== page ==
Always running

We’re flying down 290, it’s a beautiful morning

, and I’m burdened with the knick knacks and spider bites of life.

I’m in a tough spot at work with a project that is significantly overdue.

I stayed up till nearly midnight last night deploying another project that is also significantly overdue.

Why can’t I catch up?

I think this feeling is common to humanity. Seems we’re always running somewhere: either chasing after something we can’t quite catch or being chased by something that’s gaining ground on us.

I had a moment a little over a year ago. It was an important moment. It happened, as a matter of fact, at high velocity 30,000 feet over the Atlantic.  I was headed to Eastern Europe for non-work activities; what I had left behind was a project that was struggling and a sharp encounter with my boss that had put me in the pit of anxiety.

I’d spent a day shifting gears, leaving the pile at work behind to fester while I prepared for some new challenges in the upcoming week and started the comfortable but still tiring grind of a modern intercontinental journey.

It was late. I was sitting in my seat and the anxiety was as heavy as the darkness around me. Then, in a moment, the burden was gone. Gone. This has only happened to me one or two other times in my life. It was almost as if a Voice had said “Bill, it’s going to be alright, and all of it will be alright.” It was the peace that passes understanding.

And he awoke and rebuked the wind and said to the sea, “Peace! Be still!” And the wind ceased, and there was a great calm.
Mark 4:39 ESV

It was kind of like that. And everything did turn out alright and better than alright.

I’m running against the wind right now. So I say to my soul, remember. Remember.

“Be still, and know that I am God. I will be exalted among the nations, I will be exalted in the earth!” The Lord of hosts is with us; the God of Jacob is our fortress. Selah
Psalms 46:10‭-‬11 ESV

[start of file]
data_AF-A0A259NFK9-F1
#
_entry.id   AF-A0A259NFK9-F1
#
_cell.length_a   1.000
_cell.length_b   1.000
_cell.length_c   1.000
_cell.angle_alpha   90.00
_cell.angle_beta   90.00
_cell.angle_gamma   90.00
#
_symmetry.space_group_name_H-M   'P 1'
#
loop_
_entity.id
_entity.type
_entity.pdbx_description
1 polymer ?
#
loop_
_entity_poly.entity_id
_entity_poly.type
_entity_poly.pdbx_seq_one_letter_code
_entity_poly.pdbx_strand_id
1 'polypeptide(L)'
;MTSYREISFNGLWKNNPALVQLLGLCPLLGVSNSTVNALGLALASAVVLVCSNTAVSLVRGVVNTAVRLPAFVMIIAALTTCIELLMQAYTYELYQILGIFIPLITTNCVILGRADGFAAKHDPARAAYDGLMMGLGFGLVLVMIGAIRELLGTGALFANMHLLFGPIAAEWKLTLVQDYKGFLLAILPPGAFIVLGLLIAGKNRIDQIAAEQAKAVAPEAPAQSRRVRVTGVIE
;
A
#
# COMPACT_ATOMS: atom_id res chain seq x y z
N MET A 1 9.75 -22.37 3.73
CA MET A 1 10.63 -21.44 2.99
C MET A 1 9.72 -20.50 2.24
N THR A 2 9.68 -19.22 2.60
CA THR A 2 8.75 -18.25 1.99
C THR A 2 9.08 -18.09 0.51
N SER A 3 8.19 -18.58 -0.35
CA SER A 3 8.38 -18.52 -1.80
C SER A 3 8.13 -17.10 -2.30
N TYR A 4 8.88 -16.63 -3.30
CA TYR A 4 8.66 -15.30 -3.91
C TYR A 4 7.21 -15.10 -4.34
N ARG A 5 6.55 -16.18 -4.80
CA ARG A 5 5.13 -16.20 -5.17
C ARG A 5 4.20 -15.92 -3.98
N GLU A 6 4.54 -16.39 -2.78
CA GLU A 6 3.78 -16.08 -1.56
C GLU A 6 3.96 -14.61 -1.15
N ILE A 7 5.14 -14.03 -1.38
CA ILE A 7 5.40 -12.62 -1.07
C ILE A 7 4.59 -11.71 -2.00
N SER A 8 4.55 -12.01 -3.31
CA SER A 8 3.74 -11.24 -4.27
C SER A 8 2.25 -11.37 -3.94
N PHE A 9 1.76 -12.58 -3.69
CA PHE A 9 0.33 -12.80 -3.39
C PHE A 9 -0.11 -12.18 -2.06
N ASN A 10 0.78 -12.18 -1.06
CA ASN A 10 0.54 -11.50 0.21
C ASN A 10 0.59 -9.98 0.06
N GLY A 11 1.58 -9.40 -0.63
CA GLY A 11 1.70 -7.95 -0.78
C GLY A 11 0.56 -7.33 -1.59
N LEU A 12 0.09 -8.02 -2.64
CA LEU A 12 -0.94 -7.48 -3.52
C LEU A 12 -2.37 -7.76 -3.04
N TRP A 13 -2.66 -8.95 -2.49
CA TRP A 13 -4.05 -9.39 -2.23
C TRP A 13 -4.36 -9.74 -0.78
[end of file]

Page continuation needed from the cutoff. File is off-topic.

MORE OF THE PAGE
Bigger fish to fry

I’ve been thinking recently about past controversies in the theological circles I run in. The worship wars, the Calvinist vs Arminian debates, “emerging” vs “emergent” (remember that one?), and so on.

Many of these are still going on, and others are being cooked up all the time. If you’re incensed because someone used the phrase “reckless love” in a worship song, for example, you’re still in these battles.

I’ve been in them too. Case in point, over the past fifteen years or so I inched closer to Calvinism though I never fully embraced it. For various reasons I’m now crab-walking away from that brink as fast as I can, but that’s a post for another time (and, no, my pigeonholing friends, I’m not an “arminian” either).

Things have changed. The few topics I raised above, and many others, are important and deserve to be worked out fearfully and respectfully. But they seem, to me at least, to be mainly side shows these days.

Bigger questions are looming now. For example

, what is the future of the evangelical church in America? Have we learned from our unholy alliances or are we going to double down? Will the church become a leading force for good and needed change? Will we continue to automatically dismiss certain concepts, such as “justice”, as being aligned with theological liberalism? Will it continue to be impossible to blame ourselves for anything because we are GOOD PEOPLE?

A few days after the resurrection Peter and some of the disciples decided to go fishing. It’s unclear why; they may have been hungry, they might have needed some money, or maybe it’s because that’s what they always used to do. When in doubt, catch a trout.

You know the story. They didn’t catch a thing until the Lord showed up on the shore and told them to cast their nets on the other side. Then the catch came.

When they got out on land

, they saw a charcoal fire in place, with fish laid out on it, and bread. Jesus said to them, “Bring some of the fish that you have just caught.” John 21:9‭-‬10 ESV

They had gone back to what they always did. Jesus showed up to, among other things, remind them that there were now bigger fish to fry. The old pursuits weren’t the main thing anymore.

I think we’re in a moment like this, and have been for a long while. In John 21 Jesus connects love for him with love for the sheep that he has entrusted to us. This echoes the greatest commandment, doesn’t it? Love God and love your neighbors.